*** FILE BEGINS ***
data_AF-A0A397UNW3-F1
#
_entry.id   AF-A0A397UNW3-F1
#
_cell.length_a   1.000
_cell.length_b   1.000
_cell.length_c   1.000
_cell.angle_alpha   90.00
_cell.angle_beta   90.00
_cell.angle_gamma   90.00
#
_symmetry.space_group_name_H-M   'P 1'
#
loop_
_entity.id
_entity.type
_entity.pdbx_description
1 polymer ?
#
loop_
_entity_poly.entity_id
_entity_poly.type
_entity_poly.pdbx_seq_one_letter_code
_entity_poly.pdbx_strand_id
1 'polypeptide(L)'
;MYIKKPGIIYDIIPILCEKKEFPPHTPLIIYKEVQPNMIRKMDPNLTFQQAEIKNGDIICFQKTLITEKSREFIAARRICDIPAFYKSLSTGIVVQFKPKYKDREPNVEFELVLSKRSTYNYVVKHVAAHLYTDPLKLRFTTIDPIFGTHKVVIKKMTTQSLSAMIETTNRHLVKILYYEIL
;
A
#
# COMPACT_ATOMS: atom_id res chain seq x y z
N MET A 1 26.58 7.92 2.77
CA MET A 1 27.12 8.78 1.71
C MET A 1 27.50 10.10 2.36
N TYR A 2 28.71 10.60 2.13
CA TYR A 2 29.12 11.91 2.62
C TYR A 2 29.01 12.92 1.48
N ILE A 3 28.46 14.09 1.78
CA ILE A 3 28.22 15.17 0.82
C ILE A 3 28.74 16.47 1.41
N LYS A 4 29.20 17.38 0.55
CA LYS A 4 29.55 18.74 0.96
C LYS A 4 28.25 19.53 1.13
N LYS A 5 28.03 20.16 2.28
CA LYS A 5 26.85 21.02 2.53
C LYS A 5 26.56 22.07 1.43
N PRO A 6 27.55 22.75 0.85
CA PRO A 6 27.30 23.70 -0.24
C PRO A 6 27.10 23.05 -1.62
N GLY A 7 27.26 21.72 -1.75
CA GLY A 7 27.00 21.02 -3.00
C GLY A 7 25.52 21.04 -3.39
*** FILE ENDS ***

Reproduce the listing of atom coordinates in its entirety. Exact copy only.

data_AF-A0A397UNW3-F1
#
_entry.id   AF-A0A397UNW3-F1
#
_cell.length_a   1.000
_cell.length_b   1.000
_cell.length_c   1.000
_cell.angle_alpha   90.00
_cell.angle_beta   90.00
_cell.angle_gamma   90.00
#
_symmetry.space_group_name_H-M   'P 1'
#
loop_
_entity.id
_entity.type
_entity.pdbx_description
1 polymer ?
#
loop_
_entity_poly.entity_id
_entity_poly.type
_entity_poly.pdbx_seq_one_letter_code
_entity_poly.pdbx_strand_id
1 'polypeptide(L)'
;MYIKKPGIIYDIIPILCEKKEFPPHTPLIIYKEVQPNMIRKMDPNLTFQQAEIKNGDIICFQKTLITEKSREFIAARRICDIPAFYKSLSTGIVVQFKPKYKDREPNVEFELVLSKRSTYNYVVKHVAAHLYTDPLKLRFTTIDPIFGTHKVVIKKMTTQSLSAMIETTNRHLVKILYYEIL
;
A
#
# COMPACT_ATOMS: atom_id res chain seq x y z
N MET A 1 26.58 7.92 2.77
CA MET A 1 27.12 8.78 1.71
C MET A 1 27.50 10.10 2.36
N TYR A 2 28.71 10.60 2.13
CA TYR A 2 29.12 11.91 2.62
C TYR A 2 29.01 12.92 1.48
N ILE A 3 28.46 14.09 1.78
CA ILE A 3 28.22 15.17 0.82
C ILE A 3 28.74 16.47 1.41
N LYS A 4 29.20 17.38 0.55
CA LYS A 4 29.55 18.74 0.96
C LYS A 4 28.25 19.53 1.13
N LYS A 5 28.03 20.16 2.28
CA LYS A 5 26.85 21.02 2.53
C LYS A 5 26.56 22.07 1.43
N PRO A 6 27.55 22.75 0.85
CA PRO A 6 27.30 23.70 -0.24
C PRO A 6 27.10 23.05 -1.62
N GLY A 7 27.26 21.72 -1.75
CA GLY A 7 27.00 21.02 -3.00
C GLY A 7 25.52 21.04 -3.39